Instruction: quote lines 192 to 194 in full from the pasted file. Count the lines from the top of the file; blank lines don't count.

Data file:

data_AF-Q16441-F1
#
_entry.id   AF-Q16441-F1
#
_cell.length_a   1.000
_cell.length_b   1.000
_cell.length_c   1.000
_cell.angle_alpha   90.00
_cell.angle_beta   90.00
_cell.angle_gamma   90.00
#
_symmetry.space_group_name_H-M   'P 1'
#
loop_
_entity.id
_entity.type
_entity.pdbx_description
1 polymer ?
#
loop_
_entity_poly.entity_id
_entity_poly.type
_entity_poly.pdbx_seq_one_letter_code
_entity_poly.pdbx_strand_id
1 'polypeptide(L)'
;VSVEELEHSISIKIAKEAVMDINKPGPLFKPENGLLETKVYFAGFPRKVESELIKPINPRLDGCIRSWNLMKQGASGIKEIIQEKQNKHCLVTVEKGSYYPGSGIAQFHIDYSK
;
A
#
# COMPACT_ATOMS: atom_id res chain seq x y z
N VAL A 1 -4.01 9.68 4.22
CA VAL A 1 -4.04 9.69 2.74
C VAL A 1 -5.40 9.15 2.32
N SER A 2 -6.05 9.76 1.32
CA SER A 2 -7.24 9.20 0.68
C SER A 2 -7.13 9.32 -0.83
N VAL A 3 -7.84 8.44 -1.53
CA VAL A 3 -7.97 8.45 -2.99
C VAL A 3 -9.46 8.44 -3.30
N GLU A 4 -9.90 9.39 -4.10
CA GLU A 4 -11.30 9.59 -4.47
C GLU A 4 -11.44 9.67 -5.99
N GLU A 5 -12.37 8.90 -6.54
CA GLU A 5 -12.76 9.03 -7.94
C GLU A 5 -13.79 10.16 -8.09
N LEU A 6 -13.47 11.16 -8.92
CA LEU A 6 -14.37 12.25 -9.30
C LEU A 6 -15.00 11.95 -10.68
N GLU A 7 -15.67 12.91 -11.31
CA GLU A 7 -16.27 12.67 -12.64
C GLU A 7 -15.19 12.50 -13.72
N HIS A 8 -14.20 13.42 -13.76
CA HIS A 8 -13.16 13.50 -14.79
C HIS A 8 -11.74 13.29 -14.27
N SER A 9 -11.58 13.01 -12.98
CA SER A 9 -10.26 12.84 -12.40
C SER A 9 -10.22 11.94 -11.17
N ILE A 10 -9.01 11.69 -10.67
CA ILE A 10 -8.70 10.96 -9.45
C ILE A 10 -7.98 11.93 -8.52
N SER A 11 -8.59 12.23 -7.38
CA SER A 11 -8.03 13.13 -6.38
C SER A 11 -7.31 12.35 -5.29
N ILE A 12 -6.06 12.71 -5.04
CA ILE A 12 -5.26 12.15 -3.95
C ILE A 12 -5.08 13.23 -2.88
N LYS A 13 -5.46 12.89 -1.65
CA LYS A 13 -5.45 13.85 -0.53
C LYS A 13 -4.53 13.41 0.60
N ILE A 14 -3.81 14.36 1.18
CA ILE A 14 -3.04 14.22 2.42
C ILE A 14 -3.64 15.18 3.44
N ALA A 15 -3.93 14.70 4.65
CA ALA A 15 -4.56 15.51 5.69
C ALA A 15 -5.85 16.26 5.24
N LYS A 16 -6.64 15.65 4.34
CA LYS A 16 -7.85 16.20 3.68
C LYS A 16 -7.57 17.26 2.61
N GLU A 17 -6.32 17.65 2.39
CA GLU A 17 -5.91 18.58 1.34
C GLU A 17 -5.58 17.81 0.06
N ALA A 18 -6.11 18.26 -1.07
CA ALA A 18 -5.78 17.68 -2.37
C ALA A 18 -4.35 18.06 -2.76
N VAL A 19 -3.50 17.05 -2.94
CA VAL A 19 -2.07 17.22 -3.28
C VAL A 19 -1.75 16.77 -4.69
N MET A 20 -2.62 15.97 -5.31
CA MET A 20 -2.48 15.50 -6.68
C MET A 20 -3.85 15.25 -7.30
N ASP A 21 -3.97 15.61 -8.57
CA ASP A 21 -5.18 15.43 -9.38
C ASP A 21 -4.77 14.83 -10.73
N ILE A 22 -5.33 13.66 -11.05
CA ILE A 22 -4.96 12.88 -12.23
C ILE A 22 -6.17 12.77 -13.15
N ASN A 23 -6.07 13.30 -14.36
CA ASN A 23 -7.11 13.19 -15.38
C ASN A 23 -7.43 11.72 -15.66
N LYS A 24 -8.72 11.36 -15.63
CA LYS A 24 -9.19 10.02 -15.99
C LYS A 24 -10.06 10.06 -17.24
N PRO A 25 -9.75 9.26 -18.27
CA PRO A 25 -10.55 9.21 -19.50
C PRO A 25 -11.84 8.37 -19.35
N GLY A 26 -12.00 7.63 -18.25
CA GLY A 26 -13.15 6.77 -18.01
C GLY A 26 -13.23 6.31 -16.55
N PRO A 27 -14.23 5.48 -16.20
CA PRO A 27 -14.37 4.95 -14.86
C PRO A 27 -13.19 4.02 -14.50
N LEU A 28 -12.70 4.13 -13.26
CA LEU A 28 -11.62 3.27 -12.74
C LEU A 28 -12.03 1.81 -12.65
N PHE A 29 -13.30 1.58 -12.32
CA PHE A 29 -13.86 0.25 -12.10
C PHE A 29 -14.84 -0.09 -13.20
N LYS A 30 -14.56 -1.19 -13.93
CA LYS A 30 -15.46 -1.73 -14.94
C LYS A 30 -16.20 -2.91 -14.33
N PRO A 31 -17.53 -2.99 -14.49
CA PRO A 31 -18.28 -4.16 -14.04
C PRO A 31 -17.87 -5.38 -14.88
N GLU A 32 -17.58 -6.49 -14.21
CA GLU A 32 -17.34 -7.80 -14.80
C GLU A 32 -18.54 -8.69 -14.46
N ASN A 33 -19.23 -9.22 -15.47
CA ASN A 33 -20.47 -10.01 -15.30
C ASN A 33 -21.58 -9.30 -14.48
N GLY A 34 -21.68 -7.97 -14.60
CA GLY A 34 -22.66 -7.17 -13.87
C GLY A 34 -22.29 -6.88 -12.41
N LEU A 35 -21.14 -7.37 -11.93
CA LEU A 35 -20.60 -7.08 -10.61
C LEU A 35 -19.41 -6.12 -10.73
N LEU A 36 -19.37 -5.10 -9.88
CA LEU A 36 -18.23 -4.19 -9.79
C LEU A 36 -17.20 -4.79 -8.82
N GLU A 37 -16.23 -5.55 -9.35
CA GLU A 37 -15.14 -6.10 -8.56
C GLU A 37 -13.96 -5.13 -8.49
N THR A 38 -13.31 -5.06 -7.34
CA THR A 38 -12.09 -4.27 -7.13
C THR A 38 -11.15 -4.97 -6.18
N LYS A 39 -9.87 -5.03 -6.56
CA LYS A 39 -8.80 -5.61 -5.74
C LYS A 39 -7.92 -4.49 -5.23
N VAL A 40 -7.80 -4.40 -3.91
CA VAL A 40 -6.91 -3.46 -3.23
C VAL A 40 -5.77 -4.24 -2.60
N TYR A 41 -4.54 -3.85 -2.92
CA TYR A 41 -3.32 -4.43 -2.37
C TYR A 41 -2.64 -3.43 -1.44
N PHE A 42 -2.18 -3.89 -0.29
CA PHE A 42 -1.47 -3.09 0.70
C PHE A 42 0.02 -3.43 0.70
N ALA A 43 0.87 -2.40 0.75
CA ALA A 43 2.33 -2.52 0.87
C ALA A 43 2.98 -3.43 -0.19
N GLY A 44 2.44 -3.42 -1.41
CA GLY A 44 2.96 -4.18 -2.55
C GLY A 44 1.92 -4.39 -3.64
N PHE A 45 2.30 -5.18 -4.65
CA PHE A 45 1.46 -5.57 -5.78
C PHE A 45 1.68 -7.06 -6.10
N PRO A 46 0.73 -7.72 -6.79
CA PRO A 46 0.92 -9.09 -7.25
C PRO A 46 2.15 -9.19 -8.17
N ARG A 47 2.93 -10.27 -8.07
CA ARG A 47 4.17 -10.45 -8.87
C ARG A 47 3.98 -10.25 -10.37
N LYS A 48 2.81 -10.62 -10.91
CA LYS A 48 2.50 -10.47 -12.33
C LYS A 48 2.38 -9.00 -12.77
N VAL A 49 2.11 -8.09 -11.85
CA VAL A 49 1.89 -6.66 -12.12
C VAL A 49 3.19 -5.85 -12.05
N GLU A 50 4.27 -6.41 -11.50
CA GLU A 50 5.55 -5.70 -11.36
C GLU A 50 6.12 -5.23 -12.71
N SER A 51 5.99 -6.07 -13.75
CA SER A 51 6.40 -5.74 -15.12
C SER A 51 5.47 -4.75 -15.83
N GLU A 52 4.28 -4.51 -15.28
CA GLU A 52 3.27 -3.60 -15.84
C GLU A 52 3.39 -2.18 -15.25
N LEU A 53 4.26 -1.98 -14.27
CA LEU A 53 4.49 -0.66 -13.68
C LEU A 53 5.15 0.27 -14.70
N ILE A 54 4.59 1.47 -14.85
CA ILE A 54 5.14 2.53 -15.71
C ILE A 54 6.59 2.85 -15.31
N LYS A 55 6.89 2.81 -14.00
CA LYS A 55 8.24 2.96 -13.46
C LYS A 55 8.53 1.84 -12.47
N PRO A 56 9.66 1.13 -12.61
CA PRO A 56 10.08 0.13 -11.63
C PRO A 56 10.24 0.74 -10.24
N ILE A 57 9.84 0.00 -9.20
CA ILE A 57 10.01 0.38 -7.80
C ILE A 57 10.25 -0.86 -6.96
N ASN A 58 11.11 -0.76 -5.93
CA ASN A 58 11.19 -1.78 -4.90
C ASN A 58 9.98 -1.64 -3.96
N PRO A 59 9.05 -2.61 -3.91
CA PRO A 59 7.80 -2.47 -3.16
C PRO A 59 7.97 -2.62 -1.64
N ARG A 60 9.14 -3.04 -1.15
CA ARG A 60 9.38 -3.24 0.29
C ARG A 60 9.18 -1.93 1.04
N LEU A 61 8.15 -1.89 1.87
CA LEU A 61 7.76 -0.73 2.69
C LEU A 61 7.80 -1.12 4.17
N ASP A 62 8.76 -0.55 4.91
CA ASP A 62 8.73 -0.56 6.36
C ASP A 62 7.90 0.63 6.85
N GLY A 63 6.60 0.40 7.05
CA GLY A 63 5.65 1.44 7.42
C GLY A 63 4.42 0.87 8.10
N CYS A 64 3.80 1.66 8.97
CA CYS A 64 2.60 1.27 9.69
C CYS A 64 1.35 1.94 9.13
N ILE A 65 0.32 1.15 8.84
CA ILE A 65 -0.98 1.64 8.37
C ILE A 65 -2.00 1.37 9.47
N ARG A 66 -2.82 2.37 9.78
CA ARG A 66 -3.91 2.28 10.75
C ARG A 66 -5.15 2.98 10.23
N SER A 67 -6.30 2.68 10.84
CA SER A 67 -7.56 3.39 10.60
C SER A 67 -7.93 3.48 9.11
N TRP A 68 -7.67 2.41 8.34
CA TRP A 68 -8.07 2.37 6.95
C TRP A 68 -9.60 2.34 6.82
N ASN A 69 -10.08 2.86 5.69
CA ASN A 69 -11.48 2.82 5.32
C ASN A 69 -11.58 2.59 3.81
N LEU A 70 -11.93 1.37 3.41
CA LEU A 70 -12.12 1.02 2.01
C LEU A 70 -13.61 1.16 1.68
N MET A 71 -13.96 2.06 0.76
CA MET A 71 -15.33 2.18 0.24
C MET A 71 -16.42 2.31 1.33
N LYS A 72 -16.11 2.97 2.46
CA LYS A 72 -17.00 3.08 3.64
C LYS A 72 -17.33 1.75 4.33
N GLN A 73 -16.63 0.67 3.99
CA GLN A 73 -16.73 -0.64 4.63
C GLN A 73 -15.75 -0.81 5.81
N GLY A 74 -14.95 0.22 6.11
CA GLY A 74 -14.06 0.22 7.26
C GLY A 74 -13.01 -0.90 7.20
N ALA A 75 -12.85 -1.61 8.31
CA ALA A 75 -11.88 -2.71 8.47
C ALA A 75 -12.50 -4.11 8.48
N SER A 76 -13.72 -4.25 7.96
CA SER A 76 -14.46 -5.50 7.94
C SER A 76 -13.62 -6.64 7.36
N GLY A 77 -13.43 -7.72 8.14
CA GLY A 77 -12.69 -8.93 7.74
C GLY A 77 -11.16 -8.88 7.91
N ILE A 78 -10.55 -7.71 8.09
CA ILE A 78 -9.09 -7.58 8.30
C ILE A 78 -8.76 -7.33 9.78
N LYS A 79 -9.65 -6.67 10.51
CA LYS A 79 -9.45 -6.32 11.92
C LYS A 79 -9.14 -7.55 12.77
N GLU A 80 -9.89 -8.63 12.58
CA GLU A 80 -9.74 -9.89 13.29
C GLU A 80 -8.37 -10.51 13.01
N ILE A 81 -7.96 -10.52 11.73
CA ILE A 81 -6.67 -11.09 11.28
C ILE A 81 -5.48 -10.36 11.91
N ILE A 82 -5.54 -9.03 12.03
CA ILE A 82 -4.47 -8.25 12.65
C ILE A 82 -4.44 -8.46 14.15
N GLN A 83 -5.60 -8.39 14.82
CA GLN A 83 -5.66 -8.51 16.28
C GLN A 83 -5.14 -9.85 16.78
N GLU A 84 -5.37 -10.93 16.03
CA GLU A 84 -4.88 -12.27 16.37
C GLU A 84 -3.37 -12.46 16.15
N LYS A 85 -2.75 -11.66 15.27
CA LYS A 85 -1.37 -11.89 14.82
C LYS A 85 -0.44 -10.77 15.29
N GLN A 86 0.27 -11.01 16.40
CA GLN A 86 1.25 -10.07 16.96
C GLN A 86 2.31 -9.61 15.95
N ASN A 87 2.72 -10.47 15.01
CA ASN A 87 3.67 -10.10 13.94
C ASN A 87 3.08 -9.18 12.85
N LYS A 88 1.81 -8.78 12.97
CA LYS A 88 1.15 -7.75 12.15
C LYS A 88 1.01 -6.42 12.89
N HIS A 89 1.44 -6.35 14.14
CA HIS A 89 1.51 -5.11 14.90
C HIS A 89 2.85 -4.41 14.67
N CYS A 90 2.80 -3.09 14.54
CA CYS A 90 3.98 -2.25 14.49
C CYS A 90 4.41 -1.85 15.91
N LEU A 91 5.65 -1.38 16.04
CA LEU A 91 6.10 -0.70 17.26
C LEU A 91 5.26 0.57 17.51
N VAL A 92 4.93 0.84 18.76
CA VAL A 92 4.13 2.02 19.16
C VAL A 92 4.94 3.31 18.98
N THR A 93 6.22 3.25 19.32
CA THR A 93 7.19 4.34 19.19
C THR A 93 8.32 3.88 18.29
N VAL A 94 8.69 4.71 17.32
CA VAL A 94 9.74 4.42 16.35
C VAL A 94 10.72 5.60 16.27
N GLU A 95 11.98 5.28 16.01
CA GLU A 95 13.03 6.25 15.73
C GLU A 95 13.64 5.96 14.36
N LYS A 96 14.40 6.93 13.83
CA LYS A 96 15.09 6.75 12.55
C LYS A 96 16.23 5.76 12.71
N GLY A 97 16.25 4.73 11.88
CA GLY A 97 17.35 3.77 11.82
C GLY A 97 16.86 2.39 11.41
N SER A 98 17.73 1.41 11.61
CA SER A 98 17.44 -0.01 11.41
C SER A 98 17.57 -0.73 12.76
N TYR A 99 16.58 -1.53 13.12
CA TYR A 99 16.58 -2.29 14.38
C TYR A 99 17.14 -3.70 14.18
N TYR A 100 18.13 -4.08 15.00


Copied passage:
C ILE A 54 6.59 2.85 -15.31
N LYS A 55 6.89 2.81 -14.00
CA LYS A 55 8.24 2.96 -13.46